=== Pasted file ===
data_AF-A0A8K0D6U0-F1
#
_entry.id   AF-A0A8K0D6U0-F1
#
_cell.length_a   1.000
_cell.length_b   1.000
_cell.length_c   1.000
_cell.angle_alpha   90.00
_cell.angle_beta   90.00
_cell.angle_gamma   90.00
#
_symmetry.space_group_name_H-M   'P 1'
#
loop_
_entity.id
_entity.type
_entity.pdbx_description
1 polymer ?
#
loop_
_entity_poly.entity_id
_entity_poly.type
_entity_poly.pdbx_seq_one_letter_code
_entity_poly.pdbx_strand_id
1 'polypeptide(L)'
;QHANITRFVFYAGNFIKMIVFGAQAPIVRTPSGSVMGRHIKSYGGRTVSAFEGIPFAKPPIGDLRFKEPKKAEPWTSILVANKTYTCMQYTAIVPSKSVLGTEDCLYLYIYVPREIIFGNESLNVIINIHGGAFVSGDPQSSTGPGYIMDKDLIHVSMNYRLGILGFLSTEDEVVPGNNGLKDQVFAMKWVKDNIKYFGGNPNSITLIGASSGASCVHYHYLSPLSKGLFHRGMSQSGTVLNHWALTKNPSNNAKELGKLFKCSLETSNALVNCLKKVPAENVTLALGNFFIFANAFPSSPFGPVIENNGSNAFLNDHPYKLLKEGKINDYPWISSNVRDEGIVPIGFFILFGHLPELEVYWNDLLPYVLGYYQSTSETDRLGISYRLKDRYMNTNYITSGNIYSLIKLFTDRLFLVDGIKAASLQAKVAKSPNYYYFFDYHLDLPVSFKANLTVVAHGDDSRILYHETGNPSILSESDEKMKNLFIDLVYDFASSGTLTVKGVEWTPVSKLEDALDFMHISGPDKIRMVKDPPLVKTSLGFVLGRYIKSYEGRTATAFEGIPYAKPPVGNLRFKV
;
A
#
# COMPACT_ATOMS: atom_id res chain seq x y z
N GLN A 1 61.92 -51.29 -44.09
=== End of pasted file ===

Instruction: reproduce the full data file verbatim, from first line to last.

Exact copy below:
data_AF-A0A8K0D6U0-F1
#
_entry.id   AF-A0A8K0D6U0-F1
#
_cell.length_a   1.000
_cell.length_b   1.000
_cell.length_c   1.000
_cell.angle_alpha   90.00
_cell.angle_beta   90.00
_cell.angle_gamma   90.00
#
_symmetry.space_group_name_H-M   'P 1'
#
loop_
_entity.id
_entity.type
_entity.pdbx_description
1 polymer ?
#
loop_
_entity_poly.entity_id
_entity_poly.type
_entity_poly.pdbx_seq_one_letter_code
_entity_poly.pdbx_strand_id
1 'polypeptide(L)'
;QHANITRFVFYAGNFIKMIVFGAQAPIVRTPSGSVMGRHIKSYGGRTVSAFEGIPFAKPPIGDLRFKEPKKAEPWTSILVANKTYTCMQYTAIVPSKSVLGTEDCLYLYIYVPREIIFGNESLNVIINIHGGAFVSGDPQSSTGPGYIMDKDLIHVSMNYRLGILGFLSTEDEVVPGNNGLKDQVFAMKWVKDNIKYFGGNPNSITLIGASSGASCVHYHYLSPLSKGLFHRGMSQSGTVLNHWALTKNPSNNAKELGKLFKCSLETSNALVNCLKKVPAENVTLALGNFFIFANAFPSSPFGPVIENNGSNAFLNDHPYKLLKEGKINDYPWISSNVRDEGIVPIGFFILFGHLPELEVYWNDLLPYVLGYYQSTSETDRLGISYRLKDRYMNTNYITSGNIYSLIKLFTDRLFLVDGIKAASLQAKVAKSPNYYYFFDYHLDLPVSFKANLTVVAHGDDSRILYHETGNPSILSESDEKMKNLFIDLVYDFASSGTLTVKGVEWTPVSKLEDALDFMHISGPDKIRMVKDPPLVKTSLGFVLGRYIKSYEGRTATAFEGIPYAKPPVGNLRFKV
;
A
#
# COMPACT_ATOMS: atom_id res chain seq x y z
N GLN A 1 61.92 -51.29 -44.09